Atmospheric photographs by Lisa Linder and inventive recipes from the chefs of the restaurants featured, make this a good buy as a cookery book as well as a beautifully produced guidebook. As far as I’m concerned, it’s worth getting for Rowley Leigh’s recipe for Parmesan Custard and Anchovy Toast alone. Having eaten his exquisite signature concoction at Le Cafe Anglais I’ve puzzled ever since exactly how to replicate it.

Terence Conran and Peter Prescott proudly admit this isn’t an ‘objective’ book. It’s their idiosyncratic view of what makes a great restaurant – ‘quirkiness, wonderful personalities, service, ambience, design, location…’  With recommendations from Twickenham to Brick Lane and Stoke Newington to Southwark, as well as fold-out maps for new visitors to London, it’s a perfect example of what a guidebook should be: beautiful in its own right and full of insights, personality and insider knowledge.

            

Hazan Family Favorites By Giuliano Hazan, Foreword by Marcella Hazan

Published by Stewart Tabori & Chang

May 2012 Price £19.99

Last night my teenage daughter embarked on a complicated dough recipe without checking how long the various stages would take to complete. With school the next morning, she was in bed and fast asleep hours before the dough was finally ready. I promised to finish the baking for her, but at 1 am, still applying the glaze to the admittedly beautiful buns, I was wondering why she couldn’t have opted for a plain old Victoria sponge instead.

Getting your timings wrong isn’t a mistake Giuliano Hazan would let you make. Each of his recipes starts with a brisk ‘time from start to finish’ guide and the instructions are both simple and concise. It’s a book that is characterised by the calm, capable charm that must make him such a reassuring tutor at the cooking school in Verona that he runs with his wife, Lael.

Hazan Family Favorites is as much a tribute to family as it is to food, filled as it is with photographs of Giuliano as a boy, his mother Marcella, his daughters and his wife. Each recipe is accompanied by Giuliano’s memories of eating it as a child, or watching one of his grandmothers cook it. He has a heritage that’s rich in food influences. His paternal grandparents were Sephardic Jews who settled in Italy and then fled to the United States. His maternal grandparents brought the cuisine of the Emilia-Romagna to the table, along with Arab-influenced dishes from his grandmother’s time living in Egypt. The result is a style of cooking that is traditional and yet with a light, modern touch.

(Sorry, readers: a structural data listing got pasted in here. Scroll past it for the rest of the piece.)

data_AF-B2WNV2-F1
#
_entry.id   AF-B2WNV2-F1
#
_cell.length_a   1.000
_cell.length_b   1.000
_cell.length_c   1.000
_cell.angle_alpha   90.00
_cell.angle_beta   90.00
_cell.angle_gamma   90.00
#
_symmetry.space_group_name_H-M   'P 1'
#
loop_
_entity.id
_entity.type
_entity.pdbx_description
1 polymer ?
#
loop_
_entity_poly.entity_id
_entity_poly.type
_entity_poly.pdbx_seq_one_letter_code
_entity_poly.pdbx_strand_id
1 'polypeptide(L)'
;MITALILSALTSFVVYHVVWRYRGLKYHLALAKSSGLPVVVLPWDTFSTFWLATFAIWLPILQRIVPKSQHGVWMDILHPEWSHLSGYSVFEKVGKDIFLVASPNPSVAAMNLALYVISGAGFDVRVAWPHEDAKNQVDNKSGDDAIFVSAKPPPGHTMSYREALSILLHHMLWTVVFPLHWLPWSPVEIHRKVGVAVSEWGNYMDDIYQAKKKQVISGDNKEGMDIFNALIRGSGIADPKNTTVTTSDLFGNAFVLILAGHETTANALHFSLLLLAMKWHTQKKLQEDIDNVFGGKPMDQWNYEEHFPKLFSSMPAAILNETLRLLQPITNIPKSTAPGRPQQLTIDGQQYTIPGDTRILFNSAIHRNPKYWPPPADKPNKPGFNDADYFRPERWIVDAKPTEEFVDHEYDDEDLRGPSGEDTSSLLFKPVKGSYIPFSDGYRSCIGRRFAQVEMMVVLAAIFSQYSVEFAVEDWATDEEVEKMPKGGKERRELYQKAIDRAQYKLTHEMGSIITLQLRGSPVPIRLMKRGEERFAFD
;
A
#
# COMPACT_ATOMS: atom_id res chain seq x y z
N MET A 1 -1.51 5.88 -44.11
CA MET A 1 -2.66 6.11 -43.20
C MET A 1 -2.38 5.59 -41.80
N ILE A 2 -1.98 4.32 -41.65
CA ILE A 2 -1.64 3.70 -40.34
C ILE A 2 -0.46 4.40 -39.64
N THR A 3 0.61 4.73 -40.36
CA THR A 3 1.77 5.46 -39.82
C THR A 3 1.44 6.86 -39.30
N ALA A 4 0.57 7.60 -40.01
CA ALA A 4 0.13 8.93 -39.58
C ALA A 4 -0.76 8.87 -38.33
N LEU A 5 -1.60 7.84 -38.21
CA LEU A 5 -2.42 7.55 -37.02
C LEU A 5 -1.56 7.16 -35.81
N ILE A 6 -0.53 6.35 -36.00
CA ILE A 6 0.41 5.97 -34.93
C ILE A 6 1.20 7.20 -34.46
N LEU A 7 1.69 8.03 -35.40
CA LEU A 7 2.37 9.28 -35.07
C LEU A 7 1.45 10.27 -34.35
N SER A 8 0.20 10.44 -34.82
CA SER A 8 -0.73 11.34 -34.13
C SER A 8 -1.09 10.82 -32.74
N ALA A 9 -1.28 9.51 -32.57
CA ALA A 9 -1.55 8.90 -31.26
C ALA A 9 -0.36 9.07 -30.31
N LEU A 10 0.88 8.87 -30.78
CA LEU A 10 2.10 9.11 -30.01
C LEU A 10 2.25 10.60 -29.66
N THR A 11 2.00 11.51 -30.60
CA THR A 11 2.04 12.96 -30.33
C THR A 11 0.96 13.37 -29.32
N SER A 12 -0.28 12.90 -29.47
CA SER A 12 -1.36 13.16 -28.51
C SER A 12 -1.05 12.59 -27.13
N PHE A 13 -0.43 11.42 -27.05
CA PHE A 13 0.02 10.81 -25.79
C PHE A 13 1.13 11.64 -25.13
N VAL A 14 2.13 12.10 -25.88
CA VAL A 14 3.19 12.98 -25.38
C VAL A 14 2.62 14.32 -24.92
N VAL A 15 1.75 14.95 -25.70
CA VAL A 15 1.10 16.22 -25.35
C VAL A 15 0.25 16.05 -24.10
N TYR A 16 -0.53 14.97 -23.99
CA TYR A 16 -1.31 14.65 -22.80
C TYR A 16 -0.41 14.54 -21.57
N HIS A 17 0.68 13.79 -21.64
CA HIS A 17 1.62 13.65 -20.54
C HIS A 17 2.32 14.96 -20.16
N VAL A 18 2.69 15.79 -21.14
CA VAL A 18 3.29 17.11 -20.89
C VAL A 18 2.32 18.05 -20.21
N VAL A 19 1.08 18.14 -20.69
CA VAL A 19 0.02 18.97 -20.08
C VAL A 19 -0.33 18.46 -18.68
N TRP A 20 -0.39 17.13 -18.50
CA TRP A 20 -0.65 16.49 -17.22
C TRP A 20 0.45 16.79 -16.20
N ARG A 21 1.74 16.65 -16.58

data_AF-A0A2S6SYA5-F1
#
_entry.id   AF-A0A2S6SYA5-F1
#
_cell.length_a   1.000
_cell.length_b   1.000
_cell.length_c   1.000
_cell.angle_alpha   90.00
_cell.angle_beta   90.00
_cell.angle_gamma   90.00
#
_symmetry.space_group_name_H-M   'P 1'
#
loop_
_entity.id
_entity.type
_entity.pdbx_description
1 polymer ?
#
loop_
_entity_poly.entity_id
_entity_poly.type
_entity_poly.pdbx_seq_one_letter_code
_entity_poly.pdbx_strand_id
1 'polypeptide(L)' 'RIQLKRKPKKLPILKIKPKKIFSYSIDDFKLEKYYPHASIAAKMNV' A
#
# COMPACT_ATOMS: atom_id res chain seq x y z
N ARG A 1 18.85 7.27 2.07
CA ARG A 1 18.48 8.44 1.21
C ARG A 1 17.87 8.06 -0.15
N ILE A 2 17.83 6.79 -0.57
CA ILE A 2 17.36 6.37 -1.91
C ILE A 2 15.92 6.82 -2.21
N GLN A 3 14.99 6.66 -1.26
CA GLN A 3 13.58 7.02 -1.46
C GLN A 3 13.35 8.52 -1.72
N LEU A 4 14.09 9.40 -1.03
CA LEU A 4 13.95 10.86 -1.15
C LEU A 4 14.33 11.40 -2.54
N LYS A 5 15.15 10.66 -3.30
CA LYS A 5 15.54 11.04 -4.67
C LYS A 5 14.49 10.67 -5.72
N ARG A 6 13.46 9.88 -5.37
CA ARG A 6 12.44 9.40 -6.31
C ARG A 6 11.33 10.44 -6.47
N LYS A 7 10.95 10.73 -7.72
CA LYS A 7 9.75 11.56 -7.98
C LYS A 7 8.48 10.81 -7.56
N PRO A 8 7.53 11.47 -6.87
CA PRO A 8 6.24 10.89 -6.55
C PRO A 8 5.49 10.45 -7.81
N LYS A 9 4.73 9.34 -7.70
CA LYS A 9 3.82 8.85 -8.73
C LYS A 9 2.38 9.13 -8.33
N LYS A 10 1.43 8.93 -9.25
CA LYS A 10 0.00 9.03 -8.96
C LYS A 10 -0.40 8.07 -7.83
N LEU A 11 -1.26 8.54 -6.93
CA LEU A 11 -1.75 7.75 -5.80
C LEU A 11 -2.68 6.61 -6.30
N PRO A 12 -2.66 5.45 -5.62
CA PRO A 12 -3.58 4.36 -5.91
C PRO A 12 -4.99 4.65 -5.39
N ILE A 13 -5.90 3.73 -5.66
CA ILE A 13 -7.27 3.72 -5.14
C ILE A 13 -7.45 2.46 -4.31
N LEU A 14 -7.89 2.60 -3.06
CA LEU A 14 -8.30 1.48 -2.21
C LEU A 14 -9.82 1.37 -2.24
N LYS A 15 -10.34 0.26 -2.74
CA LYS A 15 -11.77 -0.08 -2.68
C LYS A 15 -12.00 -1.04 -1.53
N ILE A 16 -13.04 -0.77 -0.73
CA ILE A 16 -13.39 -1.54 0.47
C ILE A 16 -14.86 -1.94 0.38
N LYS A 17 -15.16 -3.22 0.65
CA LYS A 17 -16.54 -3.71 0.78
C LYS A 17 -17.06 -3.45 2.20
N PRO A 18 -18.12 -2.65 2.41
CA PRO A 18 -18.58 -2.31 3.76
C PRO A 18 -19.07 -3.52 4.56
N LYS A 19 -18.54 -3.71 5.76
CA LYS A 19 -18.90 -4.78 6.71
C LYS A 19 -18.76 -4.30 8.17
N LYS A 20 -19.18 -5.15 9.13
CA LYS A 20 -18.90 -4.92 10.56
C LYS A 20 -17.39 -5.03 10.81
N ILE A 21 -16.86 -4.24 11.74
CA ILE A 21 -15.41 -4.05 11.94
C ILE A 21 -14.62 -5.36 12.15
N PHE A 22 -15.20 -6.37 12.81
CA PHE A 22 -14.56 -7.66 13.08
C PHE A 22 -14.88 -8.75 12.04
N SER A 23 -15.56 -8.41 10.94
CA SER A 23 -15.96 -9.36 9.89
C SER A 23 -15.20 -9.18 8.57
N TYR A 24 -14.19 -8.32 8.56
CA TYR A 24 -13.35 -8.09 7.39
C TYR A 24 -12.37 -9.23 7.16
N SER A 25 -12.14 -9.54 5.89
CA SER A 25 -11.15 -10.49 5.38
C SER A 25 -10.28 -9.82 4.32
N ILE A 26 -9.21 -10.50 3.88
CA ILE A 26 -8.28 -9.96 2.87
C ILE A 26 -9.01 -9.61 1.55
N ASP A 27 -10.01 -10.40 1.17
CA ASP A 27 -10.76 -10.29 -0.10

A test of any cookery book is do you want to head for the kitchen? I have an overwhelming desire to make Swiss Chard Tortelloni with Tomato sauce immediately. This is a book that I would give to someone who loves to cook, but who wants to become more confident and knowledgeable. At breakfast this morning, I presented my daughter with a plate of her time-consuming buns that I finally completed at 1.30 this morning, along with a copy of Hazan Family Favorites on the side. ‘Can you try cooking from this one next time?’ I asked.

 

Review: Tasting India by Christine Manfield

Tasting India by Christine Manfield
Published by Conran Octopus, November 2011, £40.00
Photography by Anson Smart

Combatants in the fight over e-cookery books versus printed ones have new ammunition. Or should that be heavy artillery. If you believe paper books take up too much room, you’ll no doubt point accusingly at Christine Manfield’s new book, Tasting India. It’s vast – the biggest, heaviest and most lavish cookery book I’ve ever seen. Its turmeric yellow satin cover embossed with vivid pink peacocks is just about as showy as it’s possible to be.

Yes, it’s impractical – one splash from an unruly, bubbling pan of dahl and its gleaming golden jacket would be ruined. And yes, its girth puts it in the super heavyweight class. It’s not a book to amble through so much as rock-climb over. But, call me a romantic if you like, I’ve fallen in love with it.

The Australian chef Christine Manfield has been visiting India for more than twenty years. Her reverence for the country, tempered with a pragmatic understanding of its faults, shines through the text. It’s part travelogue, part encyclopedia, part memoir, part cookery book. Where she’s been so shrewd is to avoid a pedestrian, dogged tramp through each region. That’s not how cuisine works, and certainly not in India. As she says, ‘For me, part of the excitement of contemporary Indian cuisine lies in the way each cook or chef carries the recipes and heritage of their homeland with them, wherever they happen to find themselves.’

Immerse yourself in the pages of this book – there are nearly 500 of them, so it will take a while. Marvel at the stunning photographs by Anson Smart. Savour the recipes for tea-leaf fritters, scallops in spiced coconut, desert-bean koftas with onion curry and curd dumplings soaked in saffron milk. Just imagine what they must taste like, or throw caution to the wind and lug this book into the kitchen and actually cook from it. Either way it’s entrancing.